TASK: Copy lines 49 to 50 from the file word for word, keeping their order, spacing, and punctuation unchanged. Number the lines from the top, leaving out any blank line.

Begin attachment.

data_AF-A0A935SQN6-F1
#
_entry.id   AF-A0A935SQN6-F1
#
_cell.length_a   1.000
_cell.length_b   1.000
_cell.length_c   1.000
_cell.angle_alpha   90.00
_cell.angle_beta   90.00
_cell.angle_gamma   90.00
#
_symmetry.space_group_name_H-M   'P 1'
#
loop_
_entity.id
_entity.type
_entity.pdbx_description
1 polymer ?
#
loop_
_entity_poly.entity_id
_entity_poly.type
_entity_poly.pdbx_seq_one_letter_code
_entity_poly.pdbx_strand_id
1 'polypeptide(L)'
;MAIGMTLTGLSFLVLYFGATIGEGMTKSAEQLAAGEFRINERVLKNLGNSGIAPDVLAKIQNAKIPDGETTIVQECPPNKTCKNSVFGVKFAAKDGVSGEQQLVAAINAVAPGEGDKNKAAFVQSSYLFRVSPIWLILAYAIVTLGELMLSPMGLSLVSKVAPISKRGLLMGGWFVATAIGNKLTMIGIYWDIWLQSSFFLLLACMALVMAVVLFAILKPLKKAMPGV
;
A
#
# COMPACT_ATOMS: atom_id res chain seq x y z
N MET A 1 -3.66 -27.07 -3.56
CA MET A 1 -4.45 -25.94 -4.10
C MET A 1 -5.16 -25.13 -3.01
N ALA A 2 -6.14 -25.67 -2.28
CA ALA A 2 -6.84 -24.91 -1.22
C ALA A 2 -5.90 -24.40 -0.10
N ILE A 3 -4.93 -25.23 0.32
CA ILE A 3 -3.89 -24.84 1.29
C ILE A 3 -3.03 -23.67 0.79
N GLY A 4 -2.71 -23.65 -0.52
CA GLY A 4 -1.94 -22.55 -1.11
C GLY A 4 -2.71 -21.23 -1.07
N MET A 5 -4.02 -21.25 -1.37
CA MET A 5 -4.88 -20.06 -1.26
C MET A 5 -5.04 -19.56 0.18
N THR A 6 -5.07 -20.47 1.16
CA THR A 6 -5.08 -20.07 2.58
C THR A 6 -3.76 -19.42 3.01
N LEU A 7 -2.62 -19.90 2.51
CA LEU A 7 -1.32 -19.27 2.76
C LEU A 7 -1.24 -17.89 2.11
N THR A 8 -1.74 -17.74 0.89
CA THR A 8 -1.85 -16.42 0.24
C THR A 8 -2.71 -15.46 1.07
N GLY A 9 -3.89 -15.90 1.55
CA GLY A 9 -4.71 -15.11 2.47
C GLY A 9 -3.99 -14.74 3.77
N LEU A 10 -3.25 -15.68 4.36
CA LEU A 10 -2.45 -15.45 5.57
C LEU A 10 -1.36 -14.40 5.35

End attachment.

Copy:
N LEU A 7 -2.62 -19.90 2.51
CA LEU A 7 -1.32 -19.27 2.76